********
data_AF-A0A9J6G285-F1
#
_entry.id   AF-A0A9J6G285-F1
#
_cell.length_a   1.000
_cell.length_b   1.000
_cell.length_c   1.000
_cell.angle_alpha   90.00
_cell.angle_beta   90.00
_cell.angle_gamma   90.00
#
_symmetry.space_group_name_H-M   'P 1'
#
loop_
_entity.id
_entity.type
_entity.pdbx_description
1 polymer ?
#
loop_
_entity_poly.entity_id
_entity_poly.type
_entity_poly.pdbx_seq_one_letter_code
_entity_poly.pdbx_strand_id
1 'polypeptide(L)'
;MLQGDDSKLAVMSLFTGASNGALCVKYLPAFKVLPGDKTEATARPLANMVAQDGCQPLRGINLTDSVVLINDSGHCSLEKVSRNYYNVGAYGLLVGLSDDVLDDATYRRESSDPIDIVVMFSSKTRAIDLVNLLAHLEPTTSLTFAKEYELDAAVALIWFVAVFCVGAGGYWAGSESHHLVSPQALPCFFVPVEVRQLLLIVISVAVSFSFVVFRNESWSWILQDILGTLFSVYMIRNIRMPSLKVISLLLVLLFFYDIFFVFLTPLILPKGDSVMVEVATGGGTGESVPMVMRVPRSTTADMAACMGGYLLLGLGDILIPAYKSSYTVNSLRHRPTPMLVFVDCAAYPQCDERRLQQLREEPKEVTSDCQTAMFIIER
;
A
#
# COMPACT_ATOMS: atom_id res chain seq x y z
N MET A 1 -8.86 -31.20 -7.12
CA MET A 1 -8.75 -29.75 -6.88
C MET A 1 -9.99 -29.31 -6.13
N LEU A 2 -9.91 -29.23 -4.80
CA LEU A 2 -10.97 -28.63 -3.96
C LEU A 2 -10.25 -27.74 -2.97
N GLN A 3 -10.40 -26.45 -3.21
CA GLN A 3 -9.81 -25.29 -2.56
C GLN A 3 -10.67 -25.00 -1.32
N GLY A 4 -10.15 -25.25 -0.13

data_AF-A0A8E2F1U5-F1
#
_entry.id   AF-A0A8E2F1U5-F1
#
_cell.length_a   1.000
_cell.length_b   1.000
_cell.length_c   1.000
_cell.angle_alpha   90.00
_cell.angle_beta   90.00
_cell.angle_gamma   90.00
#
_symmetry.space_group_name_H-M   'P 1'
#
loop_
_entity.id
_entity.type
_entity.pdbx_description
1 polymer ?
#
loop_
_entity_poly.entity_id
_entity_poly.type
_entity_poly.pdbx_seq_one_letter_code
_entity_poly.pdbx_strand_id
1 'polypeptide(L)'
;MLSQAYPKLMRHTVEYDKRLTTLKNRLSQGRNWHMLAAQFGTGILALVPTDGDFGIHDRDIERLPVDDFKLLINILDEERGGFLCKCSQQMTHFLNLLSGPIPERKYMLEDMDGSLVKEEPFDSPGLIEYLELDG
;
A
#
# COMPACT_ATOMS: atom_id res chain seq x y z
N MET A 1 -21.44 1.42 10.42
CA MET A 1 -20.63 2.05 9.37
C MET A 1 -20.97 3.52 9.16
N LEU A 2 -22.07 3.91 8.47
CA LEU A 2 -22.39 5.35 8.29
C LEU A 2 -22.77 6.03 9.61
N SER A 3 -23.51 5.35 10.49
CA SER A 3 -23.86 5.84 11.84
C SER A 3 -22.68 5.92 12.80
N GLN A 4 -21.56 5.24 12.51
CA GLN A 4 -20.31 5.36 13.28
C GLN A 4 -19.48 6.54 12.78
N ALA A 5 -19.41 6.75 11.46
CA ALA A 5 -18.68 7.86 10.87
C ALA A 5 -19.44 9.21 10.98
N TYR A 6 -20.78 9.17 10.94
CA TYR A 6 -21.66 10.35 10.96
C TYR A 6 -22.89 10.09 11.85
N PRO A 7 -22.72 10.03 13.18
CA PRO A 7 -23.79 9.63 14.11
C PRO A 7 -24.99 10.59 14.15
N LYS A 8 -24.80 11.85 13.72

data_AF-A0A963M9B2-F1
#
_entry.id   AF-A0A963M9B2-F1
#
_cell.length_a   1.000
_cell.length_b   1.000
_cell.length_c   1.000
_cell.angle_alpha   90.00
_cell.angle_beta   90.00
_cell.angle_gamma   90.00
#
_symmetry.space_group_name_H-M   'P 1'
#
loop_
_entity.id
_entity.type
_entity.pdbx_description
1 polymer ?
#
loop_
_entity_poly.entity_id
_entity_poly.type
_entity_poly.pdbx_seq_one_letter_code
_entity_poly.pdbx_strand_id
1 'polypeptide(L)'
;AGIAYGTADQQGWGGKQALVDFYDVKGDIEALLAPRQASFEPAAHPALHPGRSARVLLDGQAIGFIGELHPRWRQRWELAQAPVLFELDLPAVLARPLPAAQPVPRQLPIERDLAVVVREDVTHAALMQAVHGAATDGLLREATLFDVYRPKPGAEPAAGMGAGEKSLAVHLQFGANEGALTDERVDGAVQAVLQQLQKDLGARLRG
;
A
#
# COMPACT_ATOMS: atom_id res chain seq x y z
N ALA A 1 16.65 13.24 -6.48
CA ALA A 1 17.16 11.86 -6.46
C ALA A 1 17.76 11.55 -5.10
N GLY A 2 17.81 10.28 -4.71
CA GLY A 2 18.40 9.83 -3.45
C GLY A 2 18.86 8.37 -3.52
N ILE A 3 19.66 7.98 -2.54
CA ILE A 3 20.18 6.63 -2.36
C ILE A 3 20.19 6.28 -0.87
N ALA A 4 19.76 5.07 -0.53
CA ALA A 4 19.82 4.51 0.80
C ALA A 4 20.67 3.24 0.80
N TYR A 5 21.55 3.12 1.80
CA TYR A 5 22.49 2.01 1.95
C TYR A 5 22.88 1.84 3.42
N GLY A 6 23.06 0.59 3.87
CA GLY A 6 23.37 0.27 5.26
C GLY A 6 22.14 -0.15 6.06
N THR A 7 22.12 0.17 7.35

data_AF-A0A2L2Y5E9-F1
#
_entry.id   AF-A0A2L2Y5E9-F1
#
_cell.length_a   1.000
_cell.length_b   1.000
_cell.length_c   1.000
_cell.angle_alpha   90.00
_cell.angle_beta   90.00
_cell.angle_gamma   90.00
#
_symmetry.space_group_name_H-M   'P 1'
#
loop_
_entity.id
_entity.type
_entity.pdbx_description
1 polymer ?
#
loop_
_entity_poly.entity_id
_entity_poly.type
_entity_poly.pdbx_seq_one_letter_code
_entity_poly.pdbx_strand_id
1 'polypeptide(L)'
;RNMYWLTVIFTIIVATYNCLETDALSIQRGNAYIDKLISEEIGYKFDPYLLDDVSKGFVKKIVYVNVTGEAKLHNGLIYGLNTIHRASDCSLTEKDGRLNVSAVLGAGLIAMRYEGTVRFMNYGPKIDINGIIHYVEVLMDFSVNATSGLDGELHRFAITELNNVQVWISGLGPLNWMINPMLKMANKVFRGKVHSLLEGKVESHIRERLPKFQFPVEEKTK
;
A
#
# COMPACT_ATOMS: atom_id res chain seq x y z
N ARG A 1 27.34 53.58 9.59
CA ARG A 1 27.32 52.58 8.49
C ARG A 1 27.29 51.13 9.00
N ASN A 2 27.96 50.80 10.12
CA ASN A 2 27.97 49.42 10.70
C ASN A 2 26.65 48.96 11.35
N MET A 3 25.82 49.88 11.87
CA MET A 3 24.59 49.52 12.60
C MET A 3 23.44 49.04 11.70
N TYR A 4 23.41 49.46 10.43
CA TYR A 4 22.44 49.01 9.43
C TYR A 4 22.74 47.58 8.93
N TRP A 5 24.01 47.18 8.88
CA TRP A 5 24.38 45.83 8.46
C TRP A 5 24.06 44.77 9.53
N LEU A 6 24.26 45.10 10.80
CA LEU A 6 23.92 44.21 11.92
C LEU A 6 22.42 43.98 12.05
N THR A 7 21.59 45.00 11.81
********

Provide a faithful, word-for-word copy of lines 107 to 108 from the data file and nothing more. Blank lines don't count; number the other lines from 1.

_entity.id
_entity.type